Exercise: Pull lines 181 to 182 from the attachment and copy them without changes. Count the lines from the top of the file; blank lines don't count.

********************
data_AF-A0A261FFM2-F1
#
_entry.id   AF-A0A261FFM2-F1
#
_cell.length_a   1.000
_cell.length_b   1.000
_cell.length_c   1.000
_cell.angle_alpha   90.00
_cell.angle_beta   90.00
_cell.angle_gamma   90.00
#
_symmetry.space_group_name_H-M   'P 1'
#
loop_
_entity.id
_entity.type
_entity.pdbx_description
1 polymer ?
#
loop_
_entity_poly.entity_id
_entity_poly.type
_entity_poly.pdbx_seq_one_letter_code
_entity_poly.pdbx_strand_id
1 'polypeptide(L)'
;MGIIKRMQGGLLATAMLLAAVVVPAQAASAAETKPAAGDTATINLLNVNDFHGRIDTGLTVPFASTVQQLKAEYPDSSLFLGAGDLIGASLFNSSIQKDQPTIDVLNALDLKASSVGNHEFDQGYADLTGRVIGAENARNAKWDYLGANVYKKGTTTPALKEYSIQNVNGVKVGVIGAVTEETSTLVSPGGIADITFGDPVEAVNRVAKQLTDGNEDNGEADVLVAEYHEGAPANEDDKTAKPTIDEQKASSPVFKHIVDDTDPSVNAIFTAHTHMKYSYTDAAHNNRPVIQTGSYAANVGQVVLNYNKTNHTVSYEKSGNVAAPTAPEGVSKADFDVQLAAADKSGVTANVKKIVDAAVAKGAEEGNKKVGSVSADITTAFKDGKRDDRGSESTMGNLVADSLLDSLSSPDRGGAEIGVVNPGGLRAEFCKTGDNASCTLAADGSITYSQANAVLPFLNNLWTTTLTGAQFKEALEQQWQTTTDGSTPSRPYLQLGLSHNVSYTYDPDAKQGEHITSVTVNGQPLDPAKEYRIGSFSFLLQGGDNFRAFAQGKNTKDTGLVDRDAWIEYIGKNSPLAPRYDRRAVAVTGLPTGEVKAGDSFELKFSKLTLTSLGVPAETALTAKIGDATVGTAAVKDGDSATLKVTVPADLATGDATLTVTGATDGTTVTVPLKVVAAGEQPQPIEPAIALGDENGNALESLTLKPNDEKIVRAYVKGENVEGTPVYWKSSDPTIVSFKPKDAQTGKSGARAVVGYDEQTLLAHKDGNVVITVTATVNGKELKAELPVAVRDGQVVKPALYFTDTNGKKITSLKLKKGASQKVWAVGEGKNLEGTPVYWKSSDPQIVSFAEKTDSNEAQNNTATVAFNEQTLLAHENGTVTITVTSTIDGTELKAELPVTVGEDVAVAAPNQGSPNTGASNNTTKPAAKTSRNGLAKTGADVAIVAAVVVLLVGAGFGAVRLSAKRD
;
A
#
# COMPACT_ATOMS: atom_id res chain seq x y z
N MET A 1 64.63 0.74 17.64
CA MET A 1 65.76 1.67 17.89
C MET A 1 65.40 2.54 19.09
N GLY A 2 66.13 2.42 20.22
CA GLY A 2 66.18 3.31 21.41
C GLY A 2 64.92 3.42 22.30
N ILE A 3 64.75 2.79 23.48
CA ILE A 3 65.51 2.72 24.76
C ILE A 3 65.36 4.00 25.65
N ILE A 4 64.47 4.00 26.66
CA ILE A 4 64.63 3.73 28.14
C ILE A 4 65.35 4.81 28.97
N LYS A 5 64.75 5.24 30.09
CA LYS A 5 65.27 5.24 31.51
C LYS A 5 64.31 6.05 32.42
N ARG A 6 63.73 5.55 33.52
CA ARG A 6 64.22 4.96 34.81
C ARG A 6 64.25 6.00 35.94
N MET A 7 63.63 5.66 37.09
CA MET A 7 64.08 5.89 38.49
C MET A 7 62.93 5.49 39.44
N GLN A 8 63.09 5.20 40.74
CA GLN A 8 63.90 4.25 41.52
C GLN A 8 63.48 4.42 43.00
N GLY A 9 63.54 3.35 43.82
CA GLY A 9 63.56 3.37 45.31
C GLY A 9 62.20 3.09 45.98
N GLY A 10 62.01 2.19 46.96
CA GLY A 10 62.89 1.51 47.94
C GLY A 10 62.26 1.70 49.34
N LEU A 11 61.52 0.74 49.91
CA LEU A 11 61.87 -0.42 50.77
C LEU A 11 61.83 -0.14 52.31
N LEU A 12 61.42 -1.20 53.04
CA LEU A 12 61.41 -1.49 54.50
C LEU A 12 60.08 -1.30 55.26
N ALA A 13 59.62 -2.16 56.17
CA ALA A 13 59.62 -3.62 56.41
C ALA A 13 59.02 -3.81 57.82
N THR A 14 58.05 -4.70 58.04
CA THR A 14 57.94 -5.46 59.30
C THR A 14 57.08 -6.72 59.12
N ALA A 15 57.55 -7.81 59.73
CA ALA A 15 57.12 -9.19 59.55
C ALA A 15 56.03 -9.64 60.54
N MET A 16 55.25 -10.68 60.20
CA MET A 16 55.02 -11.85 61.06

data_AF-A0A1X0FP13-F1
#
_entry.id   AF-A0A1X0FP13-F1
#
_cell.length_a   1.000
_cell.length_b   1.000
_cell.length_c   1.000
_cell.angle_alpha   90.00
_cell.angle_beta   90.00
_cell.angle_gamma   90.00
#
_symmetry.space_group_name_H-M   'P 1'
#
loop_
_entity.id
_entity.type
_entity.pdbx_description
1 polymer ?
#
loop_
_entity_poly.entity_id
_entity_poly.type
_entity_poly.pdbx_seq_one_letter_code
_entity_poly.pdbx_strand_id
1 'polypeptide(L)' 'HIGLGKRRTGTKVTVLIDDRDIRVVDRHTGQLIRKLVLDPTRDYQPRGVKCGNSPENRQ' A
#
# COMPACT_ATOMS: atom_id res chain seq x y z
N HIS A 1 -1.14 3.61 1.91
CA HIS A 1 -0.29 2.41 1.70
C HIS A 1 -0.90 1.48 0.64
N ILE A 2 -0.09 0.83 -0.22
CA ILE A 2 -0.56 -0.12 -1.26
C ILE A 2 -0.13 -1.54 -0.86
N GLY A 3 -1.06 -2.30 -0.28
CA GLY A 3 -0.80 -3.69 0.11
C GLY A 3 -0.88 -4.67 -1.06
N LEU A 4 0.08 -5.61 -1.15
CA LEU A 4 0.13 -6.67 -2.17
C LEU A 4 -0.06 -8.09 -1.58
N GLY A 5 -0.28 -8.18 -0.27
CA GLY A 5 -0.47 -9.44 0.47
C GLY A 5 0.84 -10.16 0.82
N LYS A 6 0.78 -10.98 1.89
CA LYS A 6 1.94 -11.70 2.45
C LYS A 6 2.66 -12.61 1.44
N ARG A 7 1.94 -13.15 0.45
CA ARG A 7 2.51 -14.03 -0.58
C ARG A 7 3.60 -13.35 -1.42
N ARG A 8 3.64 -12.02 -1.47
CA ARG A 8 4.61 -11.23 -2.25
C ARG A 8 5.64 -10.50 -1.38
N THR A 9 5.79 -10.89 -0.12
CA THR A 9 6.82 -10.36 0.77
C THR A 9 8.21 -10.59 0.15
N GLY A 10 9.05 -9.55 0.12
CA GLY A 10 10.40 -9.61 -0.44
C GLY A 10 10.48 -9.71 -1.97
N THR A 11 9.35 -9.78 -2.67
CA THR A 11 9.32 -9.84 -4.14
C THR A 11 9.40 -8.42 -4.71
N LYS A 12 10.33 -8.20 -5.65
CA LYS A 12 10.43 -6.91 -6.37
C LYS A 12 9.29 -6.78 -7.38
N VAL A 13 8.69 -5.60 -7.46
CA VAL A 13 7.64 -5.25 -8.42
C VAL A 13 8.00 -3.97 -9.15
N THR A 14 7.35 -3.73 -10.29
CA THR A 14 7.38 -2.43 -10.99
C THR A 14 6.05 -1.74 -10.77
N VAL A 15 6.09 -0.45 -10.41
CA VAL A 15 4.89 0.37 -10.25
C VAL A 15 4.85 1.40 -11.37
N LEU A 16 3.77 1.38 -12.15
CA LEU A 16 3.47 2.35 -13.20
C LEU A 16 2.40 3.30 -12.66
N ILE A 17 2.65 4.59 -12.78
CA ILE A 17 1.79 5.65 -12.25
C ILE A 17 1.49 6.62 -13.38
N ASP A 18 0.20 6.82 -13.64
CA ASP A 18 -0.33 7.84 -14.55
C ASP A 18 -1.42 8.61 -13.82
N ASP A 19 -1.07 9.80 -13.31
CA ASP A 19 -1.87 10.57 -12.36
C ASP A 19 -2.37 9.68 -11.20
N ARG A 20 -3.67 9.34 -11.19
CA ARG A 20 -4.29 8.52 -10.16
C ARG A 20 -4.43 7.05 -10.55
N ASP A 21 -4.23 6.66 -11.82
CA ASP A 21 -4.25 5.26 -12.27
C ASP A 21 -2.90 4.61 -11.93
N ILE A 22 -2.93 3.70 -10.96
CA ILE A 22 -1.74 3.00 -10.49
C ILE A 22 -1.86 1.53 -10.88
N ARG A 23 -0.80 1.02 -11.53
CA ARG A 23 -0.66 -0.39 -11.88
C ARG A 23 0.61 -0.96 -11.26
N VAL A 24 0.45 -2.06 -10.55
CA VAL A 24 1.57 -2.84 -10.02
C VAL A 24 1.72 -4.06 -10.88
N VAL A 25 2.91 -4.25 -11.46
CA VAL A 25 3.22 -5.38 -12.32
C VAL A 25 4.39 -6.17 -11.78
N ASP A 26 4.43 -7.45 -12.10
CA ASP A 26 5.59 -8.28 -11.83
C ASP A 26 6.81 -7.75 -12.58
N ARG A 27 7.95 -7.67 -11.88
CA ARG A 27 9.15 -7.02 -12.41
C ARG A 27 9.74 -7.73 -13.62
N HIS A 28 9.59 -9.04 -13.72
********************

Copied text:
CA ASP A 26 5.59 -8.28 -11.83
C ASP A 26 6.81 -7.75 -12.58